Rudyard Kipling’s Kim: A Narrative of Imperial Rehabilitation

Sara Djadi, Nadia Gada

Résumé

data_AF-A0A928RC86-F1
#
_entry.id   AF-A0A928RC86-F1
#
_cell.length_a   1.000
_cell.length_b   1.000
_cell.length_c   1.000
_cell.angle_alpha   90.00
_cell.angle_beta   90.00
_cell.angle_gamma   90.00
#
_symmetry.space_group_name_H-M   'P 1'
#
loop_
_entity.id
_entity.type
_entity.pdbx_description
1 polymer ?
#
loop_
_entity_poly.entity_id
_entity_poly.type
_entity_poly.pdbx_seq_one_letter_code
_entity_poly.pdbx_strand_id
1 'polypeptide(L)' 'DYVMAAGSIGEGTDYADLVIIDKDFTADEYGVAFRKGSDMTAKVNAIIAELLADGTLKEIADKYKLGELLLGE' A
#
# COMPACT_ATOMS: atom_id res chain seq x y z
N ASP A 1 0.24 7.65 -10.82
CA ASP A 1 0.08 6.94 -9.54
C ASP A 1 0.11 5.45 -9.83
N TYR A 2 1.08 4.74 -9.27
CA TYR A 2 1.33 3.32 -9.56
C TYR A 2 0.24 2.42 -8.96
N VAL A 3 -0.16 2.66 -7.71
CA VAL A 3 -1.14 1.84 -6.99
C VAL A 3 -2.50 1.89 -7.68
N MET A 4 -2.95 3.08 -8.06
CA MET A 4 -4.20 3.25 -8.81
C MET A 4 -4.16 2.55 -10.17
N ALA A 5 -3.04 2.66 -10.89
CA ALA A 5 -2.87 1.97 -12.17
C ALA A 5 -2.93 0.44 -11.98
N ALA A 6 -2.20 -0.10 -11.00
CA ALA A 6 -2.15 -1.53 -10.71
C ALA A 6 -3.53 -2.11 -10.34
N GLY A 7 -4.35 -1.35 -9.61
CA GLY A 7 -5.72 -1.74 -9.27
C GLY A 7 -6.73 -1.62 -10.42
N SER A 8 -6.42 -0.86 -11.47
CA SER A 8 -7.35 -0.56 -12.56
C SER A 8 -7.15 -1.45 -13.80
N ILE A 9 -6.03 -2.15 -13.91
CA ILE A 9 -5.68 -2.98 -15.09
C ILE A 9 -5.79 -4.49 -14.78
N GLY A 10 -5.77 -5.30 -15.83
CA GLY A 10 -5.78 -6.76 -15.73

While most previous studies on Rudyard Kipling’s works center either on the celebration of the British Empire or his racist doctrines, the present paper seeks to shed light on the neglected aspect of imperial defensiveness in his writings mainly in his novel Kim (1901). By anchoring the text in its context, the article tries to unveil Kipling’s imperial anxieties and fears. As well, it puts forward his vision to rescue the British Empire and his discourse advocating the reconstruction of the shaken imperial confidence in the late nineteenth to the early twentieth century. To do so, the study is based on the New Historicist approach, chiefly Stephen Greenblatt’s concepts of “wonder” and “resonance” in addition to a textual analysis of the main characters.


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